What happens to Cyanogen Inc remains to be seen, but after so many ups and downs (mainly downs), there is not much reason to be optimistic. Many feel that the company will shut down in a few years if its recent pivot to apps fails. One might assume that this meant the death of CyanogenMod but by virtue of being open source software, CyanogenMod can never be fully killed. Just like CyanogenMod builds on top of AOSP which is open source, it is possible to use CyanogenMod and be able to build on top of it. So while Cyanogen Inc decided to stop support for CyanogenMod, the community backed up all the code of CyanogenMod and launched Lineage OS through it.
Lineage OS is basically CyanogenMod but under a different name. Lineage OS is where the original CyanogenMod community will be headed and it is being led by the original CyanogenMod founder, Steve Kondik. In future, all changes/additions by CyanogenMod’s members will be made to Lineage OS.
But all is not well with the CyanogenMod community either even in its new avatar and under its new name. First of all, even though the coding part of ROM development can be taken care by enthusiasts who do it for free, it does require a lot of money to compile/host these ROMs. The average size of ROMs varies around 350-500 MB. New ROMs are released every day under the banner of “nightlies” and get downloaded hundreds/thousands of times depending on how popular the device for which the ROM has been made is. Hosting ROMs for hundreds of devices which would be downloaded hundreds of times on a daily basis would be an expensive affair.
When CyanogenMod was under Cyanogen Inc, these hosting expenses were taken care by the parent company, but Lineage has to figure it out all on its own as to how it will manage to foot the hosting fees. My bet is that at least initially, only the ROM of popular devices will be hosted by Lineage, everyone else would have to compile the ROMs on their own and host them on Android File Host or something similar. Hosting fees aside, the second problem facing Lineage is that when CyanogenMod converted into Cyanogen Inc, it annoyed a few community members. Getting those community members to join Lineage would be a difficult task as there would be increased skepticism about the new OS as well.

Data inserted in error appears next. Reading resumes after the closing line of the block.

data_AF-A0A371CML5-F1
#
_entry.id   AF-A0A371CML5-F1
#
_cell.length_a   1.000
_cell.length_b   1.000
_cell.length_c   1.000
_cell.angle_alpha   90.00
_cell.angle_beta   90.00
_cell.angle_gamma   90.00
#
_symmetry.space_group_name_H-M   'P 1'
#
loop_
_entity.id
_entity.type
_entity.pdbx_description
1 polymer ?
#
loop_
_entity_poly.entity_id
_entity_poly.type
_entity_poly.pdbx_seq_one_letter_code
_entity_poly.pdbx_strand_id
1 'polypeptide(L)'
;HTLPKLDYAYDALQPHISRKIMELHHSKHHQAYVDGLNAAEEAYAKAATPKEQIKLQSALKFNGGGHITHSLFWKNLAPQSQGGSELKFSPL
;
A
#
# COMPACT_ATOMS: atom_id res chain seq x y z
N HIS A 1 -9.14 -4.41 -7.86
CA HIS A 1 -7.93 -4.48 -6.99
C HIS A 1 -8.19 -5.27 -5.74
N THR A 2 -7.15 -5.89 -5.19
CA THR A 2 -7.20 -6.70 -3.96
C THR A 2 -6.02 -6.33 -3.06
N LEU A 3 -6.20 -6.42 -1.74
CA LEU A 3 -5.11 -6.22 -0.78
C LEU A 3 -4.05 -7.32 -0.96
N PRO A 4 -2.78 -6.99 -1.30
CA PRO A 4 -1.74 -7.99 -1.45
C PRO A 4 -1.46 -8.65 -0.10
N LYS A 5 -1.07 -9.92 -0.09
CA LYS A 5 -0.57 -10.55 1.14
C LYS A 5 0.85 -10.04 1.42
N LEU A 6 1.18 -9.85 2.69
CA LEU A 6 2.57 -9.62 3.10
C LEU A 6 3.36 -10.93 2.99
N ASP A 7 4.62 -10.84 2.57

Because you are mine, I walk the Line(age)
There are significant challenges for Lineage OS to scale and reach the levels of CyanogenMod but it would be interesting to see how Lineage’s journey continues. Meanwhile, Cyanogen Inc’s future remains in jeopardy. Although it is common for startups to pivot, Cyanogen Inc has pivoted quite a number of times, ruffling a lot of feathers in the process. What’s worse, it seems confused on what to do.
For geeks, the path ahead is clear. Those who want to “own” their devices can no longer fall back on CyanogenMod. But they have a new OS to try out. And the more they try it out, the better it will be. One can paraphrase the immortal Johnny Cash for them as they look to make their phones their very own and independent of non-stock Android UIs:
“Because you are mine
I walk the Line(age)…”